There our archaeologist Rob was, cleaning back an area of a roundhouse ditch with his hoe and getting it ready for excavation, when he spots something out of the corner of his eye laid casually on the surface...
From initial analysis, this appears to be an early Bronze Age flint knife (known in archaeological terms as a type of 'lithic' or stone tool). It seems likely that it was buried within the upper layers of the roundhouse ditch, and then disturbed by ploughing or the machining of the top soil for excavation. This is one of the only pieces of evidence we have so far for pre–Iron Age activity at Wintringham and it raises some interesting questions. It's unusual in where it was found – why was something so meticulously crafted in the Bronze Age seemingly discarded in a much later Iron Age roundhouse ditch? It's also an unusual example of an early Bronze Age knife in being so intricately retouched - was it of a higher value to its possible Iron Age custodian, kept for its ancestral link or a ceremonial purpose, because of its quality? Of course - it could just be an older artefact left within the soil that has found its way into a later archaeological feature. As is usually the case with archaeology, the more we find the more questions we have!
To answer some of these questions, we can look to other sites that have comparable finds. An excavation by Oxford Archaeology East of an Iron Age site in Caldecote in 2018 revealed little evidence of earlier activity, other than pieces of flint and a polished Neolithic axe head - also found at the top of a filled roundhouse ditch. This is similar to excavations currently underway at a site in nearby Cambourne. The site has little evidence of pre-Iron Age settlement, except this time a Neolithic axe head was found in a shallow Roman ditch, showing a continuation of this type of (possible) ritualistic behaviour into the Roman period.
Because of the lack of earlier activity across these sites, we can start to explore the idea that these finds could hold historic or ancestral value to later societies and are being purposefully placed rather than discarded. It suggests that the special treatment of these artefacts reflect their significance in some way. This is a long accepted theory within archaeology, having been observed at many sites across Britain (see below for further reading). There is even evidence of prehistoric lithic artefacts being used as charms and cures in the Post-Medieval and Early Modern period (Dowd, 2018).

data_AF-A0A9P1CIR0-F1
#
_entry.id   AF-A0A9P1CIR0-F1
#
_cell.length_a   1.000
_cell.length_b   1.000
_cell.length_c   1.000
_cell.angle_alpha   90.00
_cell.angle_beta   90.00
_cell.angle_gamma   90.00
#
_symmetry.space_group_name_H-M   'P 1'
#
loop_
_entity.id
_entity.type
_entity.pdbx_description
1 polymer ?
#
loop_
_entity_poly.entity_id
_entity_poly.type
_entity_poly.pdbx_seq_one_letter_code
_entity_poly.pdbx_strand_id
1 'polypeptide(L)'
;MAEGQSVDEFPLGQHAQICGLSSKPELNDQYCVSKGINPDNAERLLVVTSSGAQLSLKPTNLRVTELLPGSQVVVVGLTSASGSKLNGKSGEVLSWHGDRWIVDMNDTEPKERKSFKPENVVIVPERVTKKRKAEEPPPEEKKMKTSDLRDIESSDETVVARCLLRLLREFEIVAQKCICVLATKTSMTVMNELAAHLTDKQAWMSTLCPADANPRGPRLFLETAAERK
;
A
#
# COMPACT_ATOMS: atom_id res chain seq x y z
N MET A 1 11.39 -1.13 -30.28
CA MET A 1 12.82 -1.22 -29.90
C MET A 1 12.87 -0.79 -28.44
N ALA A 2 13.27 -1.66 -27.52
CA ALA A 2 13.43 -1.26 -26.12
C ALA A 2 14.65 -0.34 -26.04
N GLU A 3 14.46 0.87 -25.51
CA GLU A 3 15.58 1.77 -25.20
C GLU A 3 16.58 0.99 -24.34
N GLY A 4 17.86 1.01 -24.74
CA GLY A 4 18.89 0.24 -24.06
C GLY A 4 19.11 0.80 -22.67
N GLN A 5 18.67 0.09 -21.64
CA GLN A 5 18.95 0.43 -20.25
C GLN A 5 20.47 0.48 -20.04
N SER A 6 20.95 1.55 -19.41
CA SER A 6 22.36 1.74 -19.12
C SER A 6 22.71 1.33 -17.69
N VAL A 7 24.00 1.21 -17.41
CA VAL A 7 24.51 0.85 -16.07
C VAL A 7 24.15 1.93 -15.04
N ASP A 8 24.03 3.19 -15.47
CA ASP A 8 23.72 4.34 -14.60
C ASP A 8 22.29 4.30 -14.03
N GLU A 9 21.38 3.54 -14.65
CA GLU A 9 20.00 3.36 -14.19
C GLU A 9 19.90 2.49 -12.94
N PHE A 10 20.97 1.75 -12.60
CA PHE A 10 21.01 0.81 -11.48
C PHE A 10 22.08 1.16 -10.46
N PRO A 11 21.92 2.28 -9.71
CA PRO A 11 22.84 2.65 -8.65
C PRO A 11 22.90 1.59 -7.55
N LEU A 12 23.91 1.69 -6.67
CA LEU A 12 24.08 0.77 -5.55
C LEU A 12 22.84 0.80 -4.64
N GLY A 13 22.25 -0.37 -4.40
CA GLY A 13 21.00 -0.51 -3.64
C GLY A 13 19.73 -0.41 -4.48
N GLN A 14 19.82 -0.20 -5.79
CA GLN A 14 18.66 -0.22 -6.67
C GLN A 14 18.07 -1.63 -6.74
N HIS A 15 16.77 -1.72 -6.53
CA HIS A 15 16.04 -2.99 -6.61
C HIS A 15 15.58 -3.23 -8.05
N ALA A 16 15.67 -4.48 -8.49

It is also interesting to note that both Cambourne and Caldecote are close by to Wintringham and all three sites are situated on the same high claylands landscape to the west of Cambridge - an area extensively settled and farmed during the Iron Age and Roman periods. Could this suggest that the practice being observed at these local sites has a geographical significance?
This pattern of collecting and ritualistically depositing earlier artefacts helps archaeologists to build a picture of how these objects were used and valued by people in the past. It’s a nice thought that our ancestors might have placed the same sense of importance on archaeological objects as we do today. It’s also an exciting reminder that you never know what you’re going to find, and how one artefact can impact the interpretation of an archaeological site and how we understand the lives of its inhabitants.
Great spot Rob!
Bibliography and further reading
Champion, T. 2011 ‘Chapter 4: Later prehistory.’ In Booth, P., Champion, T., Foreman, S., Garwood, P., Glass, H., Munby, J., and Reynolds, A., On Track. The Archaeology of High Speed 1 Section 1 in Kent, 151-241. Oxford Wessex Archaeology Monograph 4
Gwilt, A. 1997 ‘Popular practices from material culture: a case study of the Iron Age settlement at Wakerley, Northamptonshire’. In Gwilt, A. and Haslegrove, C. (Eds.) Reconstructing Iron Age Societies. Oxford: Oxbow, 153-66
Hingley, R. 2009. Esoteric Knowledge? Ancient Bronze Artefacts from Iron Age Contexts. Proceedings of the Prehistoric Society,75, 143-165.
Knight, M.G., Boughton, D. and Wilkinson, R.E. (2019). Objects of the the Past in the Past: Investigating the significance of earlier artefacts in later contexts. Access Archaeology, Archaeopress